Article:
News Section: State Government
Tallahassee Roundup: Week 1
BRADENTON -- This week, the Florida Legislature convened for the start of its annual 60-day session. Each week, TBT rounds up what went down in one easy to swallow dose. From ethics to campaign finance and switching the Florida Pension system over to a 401k, to reforming Florida's broken election system, a host of contentious issues came to the surface, seeming to indicate that once again, lawmakers will come down to the wire in deciding what ultimately gets passed.
On the first day of the 2013 session, the Florida House approved a bill aimed at fixing the broken election system. In 2011, the legislature passed laws to dramatically shorten early voting, while cramming the ballot with lengthy constitutional amendments, leading to long lines at the polls on Election Day. Results languished for weeks. HB 7013 requires county election supervisors to process any absentee ballots received prior to Election Day beforehand, and allows absentee voters to cast a new ballot if they fail to sign the outside envelope of the first one.
It does not, however, restore the state's early voting to a required 14 days, only increasing the minimum number of hours that early voting polls must be open from 48 over eight days to 64 hours over eight days, leaving it to each county's discretion whether to afford more early voting (as many as 14 days totaling no more than 168 hours). It would also leave up to each county whether early voting is available on the Sunday before a Tuesday election.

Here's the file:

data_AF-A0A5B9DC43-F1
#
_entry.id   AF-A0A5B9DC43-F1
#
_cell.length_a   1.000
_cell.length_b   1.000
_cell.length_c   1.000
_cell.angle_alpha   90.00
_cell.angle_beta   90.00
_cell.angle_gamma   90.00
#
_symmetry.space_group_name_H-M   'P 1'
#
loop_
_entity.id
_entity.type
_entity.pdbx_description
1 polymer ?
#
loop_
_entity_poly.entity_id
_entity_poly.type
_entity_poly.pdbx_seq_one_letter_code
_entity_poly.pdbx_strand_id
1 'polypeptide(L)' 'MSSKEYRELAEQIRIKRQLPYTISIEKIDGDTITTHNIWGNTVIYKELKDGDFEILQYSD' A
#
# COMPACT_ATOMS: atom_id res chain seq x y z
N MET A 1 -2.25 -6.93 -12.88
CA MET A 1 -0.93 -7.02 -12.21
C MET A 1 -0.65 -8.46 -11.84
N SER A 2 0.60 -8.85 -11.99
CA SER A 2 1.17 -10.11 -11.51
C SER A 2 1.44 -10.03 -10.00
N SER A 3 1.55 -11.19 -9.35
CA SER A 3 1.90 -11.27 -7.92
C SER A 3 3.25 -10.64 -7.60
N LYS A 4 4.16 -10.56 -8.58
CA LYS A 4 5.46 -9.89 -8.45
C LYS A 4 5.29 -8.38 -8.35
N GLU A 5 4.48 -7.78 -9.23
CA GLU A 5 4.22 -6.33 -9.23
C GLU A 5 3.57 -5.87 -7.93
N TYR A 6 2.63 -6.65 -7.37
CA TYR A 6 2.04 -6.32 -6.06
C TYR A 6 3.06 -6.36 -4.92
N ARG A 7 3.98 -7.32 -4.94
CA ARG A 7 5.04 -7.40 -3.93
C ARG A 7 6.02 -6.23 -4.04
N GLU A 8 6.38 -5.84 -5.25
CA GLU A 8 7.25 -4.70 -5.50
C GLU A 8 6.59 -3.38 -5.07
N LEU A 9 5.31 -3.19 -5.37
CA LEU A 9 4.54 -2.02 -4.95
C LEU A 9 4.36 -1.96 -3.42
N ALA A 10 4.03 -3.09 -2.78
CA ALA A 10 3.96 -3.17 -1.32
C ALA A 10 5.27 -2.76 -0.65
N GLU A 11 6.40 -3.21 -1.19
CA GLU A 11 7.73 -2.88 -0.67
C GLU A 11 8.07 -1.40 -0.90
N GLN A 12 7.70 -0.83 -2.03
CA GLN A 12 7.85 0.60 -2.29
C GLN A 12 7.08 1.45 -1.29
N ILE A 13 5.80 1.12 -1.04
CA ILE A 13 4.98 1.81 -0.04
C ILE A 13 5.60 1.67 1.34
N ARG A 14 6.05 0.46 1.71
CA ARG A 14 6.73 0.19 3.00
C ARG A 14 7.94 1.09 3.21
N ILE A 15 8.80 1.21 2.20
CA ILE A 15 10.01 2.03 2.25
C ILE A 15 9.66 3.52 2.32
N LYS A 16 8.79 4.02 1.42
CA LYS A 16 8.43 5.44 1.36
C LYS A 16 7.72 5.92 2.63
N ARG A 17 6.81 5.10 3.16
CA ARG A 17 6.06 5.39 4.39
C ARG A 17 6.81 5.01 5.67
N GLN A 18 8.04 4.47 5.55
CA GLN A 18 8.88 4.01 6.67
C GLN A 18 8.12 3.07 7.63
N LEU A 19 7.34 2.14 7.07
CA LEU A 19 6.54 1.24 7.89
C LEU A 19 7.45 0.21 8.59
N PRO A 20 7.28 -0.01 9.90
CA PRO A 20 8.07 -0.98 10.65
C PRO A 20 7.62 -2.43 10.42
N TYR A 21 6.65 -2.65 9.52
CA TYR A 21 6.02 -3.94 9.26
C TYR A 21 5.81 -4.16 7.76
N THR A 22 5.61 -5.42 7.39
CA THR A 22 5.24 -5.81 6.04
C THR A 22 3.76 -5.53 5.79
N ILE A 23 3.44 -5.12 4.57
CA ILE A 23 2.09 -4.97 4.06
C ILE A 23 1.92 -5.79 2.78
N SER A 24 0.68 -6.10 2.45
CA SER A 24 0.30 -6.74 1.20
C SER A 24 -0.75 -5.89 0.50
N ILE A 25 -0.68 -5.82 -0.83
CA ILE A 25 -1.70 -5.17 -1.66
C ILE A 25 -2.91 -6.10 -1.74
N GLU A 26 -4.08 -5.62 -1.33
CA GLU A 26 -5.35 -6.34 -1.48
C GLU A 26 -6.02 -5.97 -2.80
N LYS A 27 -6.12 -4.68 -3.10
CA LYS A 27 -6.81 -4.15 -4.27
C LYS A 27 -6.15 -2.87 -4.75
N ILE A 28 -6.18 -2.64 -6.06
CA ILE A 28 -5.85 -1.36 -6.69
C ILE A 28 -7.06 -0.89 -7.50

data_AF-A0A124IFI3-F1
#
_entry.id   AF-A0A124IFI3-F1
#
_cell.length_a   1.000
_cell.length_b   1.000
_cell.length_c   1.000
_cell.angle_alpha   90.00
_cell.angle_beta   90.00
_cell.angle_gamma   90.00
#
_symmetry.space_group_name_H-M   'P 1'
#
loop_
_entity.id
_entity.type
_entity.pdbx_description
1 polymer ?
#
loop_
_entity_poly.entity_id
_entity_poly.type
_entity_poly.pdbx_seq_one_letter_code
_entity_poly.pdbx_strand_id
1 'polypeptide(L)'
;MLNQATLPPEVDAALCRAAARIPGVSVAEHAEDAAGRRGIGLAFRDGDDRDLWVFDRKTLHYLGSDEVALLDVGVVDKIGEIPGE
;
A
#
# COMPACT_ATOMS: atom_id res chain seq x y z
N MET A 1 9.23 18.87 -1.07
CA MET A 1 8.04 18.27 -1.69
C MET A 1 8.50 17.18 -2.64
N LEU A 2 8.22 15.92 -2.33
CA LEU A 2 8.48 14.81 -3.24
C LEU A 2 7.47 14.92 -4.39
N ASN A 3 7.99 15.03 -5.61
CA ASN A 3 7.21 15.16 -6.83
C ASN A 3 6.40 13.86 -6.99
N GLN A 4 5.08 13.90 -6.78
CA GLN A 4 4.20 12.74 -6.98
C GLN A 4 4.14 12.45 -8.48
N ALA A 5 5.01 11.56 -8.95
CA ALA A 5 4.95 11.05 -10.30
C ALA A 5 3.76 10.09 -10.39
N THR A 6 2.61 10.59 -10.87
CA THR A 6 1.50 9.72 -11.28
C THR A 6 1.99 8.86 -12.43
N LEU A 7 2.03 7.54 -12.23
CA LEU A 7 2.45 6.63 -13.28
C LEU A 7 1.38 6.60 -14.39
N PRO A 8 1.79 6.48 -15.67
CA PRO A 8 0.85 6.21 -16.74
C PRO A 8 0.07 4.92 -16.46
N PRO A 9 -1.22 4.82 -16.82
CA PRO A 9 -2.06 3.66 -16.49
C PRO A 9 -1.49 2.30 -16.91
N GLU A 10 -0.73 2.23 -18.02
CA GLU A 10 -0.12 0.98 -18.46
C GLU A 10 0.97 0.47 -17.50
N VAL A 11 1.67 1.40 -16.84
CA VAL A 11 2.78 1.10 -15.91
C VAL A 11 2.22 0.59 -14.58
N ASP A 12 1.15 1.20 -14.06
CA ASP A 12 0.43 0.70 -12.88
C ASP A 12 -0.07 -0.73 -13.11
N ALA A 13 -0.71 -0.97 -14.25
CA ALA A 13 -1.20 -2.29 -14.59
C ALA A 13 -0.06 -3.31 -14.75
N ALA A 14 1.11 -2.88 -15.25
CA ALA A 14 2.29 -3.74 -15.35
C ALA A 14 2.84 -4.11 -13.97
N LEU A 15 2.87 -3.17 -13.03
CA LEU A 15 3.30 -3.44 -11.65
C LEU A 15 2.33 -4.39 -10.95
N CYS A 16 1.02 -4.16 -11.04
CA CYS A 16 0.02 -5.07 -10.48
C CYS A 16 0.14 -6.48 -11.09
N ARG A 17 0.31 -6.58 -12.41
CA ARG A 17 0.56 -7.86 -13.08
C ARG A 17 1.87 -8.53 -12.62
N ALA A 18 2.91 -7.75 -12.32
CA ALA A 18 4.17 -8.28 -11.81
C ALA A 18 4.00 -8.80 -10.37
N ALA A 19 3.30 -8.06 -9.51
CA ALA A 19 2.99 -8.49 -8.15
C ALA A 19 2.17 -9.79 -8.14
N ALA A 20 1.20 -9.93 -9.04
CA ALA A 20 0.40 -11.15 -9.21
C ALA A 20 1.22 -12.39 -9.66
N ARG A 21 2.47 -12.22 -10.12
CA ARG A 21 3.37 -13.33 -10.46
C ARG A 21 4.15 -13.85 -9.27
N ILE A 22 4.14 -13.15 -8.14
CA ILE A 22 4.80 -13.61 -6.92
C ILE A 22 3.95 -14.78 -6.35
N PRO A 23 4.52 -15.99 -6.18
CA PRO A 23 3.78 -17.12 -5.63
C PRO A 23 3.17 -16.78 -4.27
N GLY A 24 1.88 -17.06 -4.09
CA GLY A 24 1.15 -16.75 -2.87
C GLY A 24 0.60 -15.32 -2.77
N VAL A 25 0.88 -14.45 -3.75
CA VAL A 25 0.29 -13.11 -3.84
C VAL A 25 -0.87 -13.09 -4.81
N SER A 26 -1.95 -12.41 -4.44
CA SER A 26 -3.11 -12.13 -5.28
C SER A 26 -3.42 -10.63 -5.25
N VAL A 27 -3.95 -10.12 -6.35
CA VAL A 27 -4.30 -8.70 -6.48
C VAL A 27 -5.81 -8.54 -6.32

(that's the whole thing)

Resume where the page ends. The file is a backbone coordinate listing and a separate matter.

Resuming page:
A bill forcing all new state employees in 401(k)-style retirement plans instead of FRS' current defined benefit option passed a House subcommittee Thursday, setting up a showdown with public workers' unions. It passed party-line, though some Republicans said that they wanted to hear more before it comes to a vote. PCB GVOPS 13-01 passed the House Government Operations Subcommittee after 3½-hours of contentious debate.
A new "parent trigger bill" passed a House education subcommittee Thursday by an 8-5 party line vote. If signed into law, it would allow parents to petition failing public schools for various options, including being taken over by a for-profit charter school company.
In the ongoing saga between optometrists, who want the ability to prescribe oral medication, and ophthalmologists, who don't want them to, a Florida Senate panel voted 10-3 on Wednesday to approve a bill granting more prescription authority to the optometrists. This has been one of the most expensive if quietly-waged battles in the state legislature over the last several years.
A bill by Doug Holder (R-Sarasota) that would limit texting while driving has gained momentum in the Florida House. Both Holder and Venice Senator Nancy Detert have been trying to get such a bill going for years. On Thursday, Holder's House bill to make texting while driving a secondary offense passed out of a House transportation subcommittee unanimously.
The House also voted to move forward on a plan to scrap the $500 cap on political contributions, switching to $10,000 limits that they say will have tougher disclosure, though Governor Scott indicated he would not be able to support such a change.
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